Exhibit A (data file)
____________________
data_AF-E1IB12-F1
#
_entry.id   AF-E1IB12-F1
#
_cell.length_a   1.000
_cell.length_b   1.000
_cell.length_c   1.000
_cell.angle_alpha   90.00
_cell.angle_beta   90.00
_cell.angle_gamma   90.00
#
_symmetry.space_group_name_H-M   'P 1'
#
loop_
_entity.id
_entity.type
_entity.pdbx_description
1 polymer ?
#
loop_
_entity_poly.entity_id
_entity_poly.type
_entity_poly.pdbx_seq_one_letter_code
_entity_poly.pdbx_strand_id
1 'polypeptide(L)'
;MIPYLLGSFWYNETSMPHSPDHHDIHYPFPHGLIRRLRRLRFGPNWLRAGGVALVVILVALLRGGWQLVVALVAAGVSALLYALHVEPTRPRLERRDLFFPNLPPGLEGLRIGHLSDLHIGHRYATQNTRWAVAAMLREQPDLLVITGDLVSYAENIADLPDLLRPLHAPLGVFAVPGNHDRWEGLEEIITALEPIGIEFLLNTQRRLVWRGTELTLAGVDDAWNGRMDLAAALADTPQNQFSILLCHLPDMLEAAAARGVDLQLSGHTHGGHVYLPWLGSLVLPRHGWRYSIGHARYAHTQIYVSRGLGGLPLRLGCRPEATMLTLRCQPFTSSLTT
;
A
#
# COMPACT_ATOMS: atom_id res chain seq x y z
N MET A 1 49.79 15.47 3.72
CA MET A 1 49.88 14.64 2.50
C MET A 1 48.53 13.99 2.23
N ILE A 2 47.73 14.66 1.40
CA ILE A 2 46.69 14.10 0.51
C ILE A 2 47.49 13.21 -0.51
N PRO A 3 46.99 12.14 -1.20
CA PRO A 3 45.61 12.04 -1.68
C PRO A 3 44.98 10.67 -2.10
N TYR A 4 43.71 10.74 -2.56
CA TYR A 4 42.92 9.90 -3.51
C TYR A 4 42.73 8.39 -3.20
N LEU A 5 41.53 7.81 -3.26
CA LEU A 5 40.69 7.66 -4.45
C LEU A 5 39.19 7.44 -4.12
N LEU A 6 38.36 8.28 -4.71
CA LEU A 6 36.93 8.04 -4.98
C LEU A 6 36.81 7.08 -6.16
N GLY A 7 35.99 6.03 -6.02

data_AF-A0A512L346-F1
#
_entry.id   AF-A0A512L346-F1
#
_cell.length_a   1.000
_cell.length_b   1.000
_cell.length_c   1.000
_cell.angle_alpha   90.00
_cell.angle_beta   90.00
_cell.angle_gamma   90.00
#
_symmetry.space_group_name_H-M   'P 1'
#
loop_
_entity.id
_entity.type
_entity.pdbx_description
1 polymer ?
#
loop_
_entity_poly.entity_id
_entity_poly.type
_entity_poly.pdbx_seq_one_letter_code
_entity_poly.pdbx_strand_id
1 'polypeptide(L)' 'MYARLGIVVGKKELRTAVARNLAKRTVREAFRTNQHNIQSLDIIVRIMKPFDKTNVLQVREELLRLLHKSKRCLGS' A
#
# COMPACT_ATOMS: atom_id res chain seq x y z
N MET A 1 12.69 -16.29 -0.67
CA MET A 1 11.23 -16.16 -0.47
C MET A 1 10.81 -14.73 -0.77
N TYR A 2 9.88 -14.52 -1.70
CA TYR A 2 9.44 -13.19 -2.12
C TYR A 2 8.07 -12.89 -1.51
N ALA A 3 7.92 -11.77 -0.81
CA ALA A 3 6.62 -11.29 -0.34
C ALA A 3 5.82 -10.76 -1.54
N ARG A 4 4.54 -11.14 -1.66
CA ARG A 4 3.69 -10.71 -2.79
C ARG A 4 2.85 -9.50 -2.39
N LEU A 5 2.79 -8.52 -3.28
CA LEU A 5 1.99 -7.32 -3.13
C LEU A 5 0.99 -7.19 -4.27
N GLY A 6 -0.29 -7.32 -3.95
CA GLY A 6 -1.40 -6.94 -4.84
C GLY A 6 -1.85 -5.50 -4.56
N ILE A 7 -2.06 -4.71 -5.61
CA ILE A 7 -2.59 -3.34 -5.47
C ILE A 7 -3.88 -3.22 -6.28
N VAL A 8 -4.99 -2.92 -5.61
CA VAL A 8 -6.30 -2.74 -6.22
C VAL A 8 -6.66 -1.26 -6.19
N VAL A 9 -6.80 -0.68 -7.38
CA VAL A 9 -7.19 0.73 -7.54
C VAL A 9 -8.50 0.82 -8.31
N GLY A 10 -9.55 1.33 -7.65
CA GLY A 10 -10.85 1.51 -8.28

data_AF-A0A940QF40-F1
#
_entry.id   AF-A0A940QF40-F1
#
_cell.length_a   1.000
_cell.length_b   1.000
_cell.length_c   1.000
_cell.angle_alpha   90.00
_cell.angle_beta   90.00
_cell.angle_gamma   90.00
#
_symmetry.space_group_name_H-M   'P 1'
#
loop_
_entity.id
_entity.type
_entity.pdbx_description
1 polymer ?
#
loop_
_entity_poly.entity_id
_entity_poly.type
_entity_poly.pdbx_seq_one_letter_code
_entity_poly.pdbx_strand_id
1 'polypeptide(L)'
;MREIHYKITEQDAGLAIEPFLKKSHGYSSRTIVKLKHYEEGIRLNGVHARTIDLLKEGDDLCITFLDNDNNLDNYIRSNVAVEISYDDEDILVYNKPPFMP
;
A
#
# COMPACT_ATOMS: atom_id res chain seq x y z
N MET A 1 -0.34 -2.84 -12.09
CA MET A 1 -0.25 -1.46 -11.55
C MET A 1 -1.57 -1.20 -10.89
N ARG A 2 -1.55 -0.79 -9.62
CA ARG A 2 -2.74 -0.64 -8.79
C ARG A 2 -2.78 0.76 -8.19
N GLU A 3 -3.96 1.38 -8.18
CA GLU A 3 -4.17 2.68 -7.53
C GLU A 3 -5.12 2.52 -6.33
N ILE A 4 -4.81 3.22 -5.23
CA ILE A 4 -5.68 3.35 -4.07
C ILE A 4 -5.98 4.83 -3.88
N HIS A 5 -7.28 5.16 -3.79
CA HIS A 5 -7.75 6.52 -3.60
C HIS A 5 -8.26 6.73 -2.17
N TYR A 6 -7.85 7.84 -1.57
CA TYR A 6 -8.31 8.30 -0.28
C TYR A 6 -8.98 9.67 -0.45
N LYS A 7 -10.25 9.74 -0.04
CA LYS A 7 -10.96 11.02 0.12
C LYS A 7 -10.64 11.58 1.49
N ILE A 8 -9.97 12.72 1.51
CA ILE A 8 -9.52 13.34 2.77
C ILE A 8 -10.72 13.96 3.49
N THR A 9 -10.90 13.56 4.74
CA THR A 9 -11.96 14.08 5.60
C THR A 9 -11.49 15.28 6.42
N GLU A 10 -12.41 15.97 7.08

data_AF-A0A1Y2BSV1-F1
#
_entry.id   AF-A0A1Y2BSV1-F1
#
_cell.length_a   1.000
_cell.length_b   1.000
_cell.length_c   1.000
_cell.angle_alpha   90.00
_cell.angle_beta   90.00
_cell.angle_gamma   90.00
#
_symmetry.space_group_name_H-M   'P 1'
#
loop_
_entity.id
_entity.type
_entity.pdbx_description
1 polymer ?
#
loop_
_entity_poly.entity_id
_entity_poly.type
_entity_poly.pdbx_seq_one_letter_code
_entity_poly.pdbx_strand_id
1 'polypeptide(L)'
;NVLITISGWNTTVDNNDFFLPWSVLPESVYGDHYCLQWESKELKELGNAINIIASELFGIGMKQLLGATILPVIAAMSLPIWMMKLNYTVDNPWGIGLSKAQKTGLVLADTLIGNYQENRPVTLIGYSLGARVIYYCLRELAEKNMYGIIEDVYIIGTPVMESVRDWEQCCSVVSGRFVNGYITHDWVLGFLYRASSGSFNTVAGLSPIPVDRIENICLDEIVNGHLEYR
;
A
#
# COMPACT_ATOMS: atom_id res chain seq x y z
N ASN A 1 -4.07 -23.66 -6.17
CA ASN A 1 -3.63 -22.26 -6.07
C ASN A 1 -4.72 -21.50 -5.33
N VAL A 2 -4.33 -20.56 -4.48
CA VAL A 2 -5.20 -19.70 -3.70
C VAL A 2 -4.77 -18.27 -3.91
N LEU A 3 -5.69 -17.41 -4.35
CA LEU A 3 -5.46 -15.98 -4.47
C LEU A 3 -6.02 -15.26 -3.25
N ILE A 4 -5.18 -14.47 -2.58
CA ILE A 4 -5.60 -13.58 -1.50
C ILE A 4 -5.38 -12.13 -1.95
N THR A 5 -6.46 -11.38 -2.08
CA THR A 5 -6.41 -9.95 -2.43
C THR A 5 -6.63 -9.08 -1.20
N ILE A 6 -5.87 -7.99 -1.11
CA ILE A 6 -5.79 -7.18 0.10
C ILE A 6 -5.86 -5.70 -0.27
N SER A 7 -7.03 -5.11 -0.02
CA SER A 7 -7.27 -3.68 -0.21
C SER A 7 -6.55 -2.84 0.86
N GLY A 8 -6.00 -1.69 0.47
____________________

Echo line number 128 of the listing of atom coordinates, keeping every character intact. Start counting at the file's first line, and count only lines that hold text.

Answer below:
_entity_poly.pdbx_seq_one_letter_code